Legendary fund manager Li Lu (who Charlie Munger backed) once said, ‘The biggest investment risk is not the volatility of prices, but whether you will suffer a permanent loss of capital.’ So it seems the smart money knows that debt – which is usually involved in bankruptcies – is a very important factor, when you assess how risky a company is. We can see that HubSpot, Inc. (NYSE:HUBS) does use debt in its business. But the more important question is: how much risk is that debt creating?
What Risk Does Debt Bring?
Debt and other liabilities become risky for a business when it cannot easily fulfill those obligations, either with free cash flow or by raising capital at an attractive price. Ultimately, if the company can’t fulfill its legal obligations to repay debt, shareholders could walk away with nothing. However, a more frequent (but still costly) occurrence is where a company must issue shares at bargain-basement prices, permanently diluting shareholders, just to shore up its balance sheet. Having said that, the most common situation is where a company manages its debt reasonably well – and to its own advantage. The first step when considering a company’s debt levels is to consider its cash and debt together.
What Is HubSpot’s Net Debt?
The image below, which you can click on for greater detail, shows that at December 2020 HubSpot had debt of US$478.9m, up from US$340.6m in one year. However, it does have US$1.25b in cash offsetting this, leading to net cash of US$772.3m.
How Healthy Is HubSpot’s Balance Sheet?
Zooming in on the latest balance sheet data, we can see that HubSpot had liabilities of US$445.5m due within 12 months and liabilities of US$765.2m due beyond that. On the other hand, it had cash of US$1.25b and US$126.4m worth of receivables due within a year. So it actually has US$166.9m more liquid assets than total liabilities.
Having regard to HubSpot’s size, it seems that its liquid assets are well balanced with its total liabilities. So while it’s hard to imagine that the US$23.1b company is struggling for cash, we still think it’s worth monitoring its balance sheet. Simply put, the fact that HubSpot has more cash than debt is arguably a good indication that it can manage its debt safely. When analysing debt levels, the balance sheet is the obvious place to start. But it is future earnings, more than anything, that will determine HubSpot’s ability to maintain a healthy balance sheet going forward. So if you want to see what the professionals think, you might find this free report on analyst profit forecasts to be interesting.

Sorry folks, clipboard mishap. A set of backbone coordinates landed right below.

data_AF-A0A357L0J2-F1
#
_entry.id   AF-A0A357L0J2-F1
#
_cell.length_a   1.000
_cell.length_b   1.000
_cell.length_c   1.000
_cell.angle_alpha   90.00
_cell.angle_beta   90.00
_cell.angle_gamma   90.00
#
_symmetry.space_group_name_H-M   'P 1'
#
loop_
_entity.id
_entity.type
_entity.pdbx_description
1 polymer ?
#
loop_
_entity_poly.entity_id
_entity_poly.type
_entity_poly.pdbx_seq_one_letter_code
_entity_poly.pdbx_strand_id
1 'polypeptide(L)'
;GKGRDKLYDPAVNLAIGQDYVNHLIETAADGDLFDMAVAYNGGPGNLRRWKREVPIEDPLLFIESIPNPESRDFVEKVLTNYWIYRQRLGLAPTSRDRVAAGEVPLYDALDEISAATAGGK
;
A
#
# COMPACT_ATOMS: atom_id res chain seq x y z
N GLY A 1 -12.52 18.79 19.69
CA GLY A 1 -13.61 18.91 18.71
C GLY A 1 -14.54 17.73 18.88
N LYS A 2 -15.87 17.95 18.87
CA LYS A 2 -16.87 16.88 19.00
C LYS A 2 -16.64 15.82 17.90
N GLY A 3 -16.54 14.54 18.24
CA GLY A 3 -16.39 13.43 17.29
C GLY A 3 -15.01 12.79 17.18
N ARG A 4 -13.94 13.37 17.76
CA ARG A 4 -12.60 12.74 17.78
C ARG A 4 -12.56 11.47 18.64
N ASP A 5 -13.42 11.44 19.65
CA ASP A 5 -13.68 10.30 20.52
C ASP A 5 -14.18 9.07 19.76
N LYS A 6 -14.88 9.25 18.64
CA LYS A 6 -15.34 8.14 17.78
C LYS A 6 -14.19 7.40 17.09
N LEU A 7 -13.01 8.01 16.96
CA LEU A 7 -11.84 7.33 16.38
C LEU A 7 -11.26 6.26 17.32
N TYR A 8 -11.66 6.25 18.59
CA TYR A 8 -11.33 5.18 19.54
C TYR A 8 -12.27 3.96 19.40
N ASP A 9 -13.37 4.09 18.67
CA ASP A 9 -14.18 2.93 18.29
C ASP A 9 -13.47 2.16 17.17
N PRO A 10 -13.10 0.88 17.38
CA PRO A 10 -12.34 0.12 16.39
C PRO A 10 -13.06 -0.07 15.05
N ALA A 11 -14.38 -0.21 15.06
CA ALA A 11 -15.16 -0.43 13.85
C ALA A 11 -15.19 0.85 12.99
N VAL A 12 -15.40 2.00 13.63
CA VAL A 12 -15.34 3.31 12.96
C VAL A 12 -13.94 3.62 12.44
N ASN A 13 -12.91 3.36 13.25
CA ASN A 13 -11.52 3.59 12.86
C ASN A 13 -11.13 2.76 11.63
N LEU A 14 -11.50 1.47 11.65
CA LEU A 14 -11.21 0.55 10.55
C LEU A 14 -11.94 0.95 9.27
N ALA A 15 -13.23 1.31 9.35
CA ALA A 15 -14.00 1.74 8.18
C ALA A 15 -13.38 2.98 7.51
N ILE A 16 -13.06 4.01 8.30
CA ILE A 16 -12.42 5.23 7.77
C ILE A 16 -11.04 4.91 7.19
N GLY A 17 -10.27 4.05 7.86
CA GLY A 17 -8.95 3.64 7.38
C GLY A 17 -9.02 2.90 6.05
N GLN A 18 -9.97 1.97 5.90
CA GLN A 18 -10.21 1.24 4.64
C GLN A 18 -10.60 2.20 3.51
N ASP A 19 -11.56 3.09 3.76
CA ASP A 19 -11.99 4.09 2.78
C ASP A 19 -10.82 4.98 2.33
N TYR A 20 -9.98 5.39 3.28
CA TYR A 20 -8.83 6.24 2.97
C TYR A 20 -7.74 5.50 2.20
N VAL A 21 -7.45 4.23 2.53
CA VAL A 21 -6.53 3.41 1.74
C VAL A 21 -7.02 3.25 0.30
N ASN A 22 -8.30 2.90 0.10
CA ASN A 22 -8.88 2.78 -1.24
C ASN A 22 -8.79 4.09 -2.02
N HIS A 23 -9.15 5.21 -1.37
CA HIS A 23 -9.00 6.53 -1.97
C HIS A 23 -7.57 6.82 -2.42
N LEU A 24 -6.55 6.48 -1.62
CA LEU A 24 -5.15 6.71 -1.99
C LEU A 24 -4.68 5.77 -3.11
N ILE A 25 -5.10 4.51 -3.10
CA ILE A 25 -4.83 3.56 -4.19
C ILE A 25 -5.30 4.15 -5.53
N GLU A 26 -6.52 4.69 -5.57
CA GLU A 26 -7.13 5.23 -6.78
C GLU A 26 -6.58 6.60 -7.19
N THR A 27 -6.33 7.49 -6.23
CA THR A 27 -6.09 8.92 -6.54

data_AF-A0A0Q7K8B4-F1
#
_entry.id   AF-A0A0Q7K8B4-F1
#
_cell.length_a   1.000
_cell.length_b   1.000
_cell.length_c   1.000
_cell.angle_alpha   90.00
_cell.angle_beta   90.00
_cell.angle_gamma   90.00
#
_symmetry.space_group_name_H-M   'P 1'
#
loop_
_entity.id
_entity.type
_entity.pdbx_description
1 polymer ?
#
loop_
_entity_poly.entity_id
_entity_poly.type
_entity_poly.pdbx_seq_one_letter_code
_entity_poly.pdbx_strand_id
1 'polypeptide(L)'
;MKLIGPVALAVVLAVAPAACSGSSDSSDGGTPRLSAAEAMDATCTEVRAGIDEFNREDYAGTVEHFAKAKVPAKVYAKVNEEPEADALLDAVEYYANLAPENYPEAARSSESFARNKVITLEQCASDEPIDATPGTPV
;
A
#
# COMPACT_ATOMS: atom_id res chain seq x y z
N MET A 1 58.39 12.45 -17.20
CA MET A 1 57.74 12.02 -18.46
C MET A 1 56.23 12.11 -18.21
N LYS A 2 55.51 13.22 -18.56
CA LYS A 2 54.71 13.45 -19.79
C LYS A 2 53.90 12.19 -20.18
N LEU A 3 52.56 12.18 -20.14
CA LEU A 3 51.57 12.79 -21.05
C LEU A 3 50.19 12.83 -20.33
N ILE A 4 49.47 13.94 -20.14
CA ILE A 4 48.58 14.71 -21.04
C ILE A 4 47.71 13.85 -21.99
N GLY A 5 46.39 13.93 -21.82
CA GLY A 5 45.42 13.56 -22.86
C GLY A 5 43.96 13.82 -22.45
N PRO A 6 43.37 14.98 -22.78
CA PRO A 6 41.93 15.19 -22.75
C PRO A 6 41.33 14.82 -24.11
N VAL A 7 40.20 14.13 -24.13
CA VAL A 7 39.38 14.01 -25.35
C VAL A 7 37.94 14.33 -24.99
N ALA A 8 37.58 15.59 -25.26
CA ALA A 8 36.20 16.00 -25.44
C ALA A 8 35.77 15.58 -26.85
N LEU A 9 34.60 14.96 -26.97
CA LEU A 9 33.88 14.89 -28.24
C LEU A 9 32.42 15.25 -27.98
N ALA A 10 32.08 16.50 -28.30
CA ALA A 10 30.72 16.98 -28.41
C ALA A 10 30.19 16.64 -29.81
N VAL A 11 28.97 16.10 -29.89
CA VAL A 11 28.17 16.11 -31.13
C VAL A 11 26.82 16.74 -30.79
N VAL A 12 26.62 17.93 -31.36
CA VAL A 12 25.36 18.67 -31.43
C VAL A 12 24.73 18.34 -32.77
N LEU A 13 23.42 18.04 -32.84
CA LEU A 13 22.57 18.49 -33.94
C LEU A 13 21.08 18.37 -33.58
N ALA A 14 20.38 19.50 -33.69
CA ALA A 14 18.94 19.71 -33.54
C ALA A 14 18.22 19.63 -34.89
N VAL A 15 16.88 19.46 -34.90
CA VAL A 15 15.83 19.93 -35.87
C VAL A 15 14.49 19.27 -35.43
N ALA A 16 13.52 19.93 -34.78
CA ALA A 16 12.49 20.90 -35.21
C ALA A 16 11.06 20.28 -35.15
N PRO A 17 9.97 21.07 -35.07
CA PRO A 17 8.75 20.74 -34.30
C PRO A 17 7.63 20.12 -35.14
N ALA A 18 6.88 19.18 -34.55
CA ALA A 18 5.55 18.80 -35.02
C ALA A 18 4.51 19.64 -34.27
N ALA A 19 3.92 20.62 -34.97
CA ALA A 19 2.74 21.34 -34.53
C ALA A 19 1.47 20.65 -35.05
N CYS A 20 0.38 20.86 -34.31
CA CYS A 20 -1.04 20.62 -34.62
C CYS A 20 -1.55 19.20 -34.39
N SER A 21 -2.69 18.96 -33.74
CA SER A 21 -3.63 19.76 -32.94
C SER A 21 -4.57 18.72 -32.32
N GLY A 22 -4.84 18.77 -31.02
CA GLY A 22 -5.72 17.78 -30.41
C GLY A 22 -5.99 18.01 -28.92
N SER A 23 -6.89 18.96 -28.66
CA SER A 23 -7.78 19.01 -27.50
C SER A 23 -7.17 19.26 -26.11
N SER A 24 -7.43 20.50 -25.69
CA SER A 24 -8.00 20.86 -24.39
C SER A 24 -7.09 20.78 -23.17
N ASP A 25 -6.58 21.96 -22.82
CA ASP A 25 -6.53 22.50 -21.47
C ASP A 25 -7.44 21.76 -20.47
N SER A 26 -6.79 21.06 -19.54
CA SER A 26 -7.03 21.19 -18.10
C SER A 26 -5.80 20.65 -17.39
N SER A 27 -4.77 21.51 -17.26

Over 12 months, HubSpot reported revenue of US$883m, which is a gain of 31%, although it did not report any earnings before interest and tax. With any luck the company will be able to grow its way to profitability.
So How Risky Is HubSpot?
While HubSpot lost money on an earnings before interest and tax (EBIT) level, it actually generated positive free cash flow US$30m. So although it is loss-making, it doesn’t seem to have too much near-term balance sheet risk, keeping in mind the net cash. We think its revenue growth of 31% is a good sign. We’d see further strong growth as an optimistic indication. When analysing debt levels, the balance sheet is the obvious place to start. But ultimately, every company can contain risks that exist outside of the balance sheet.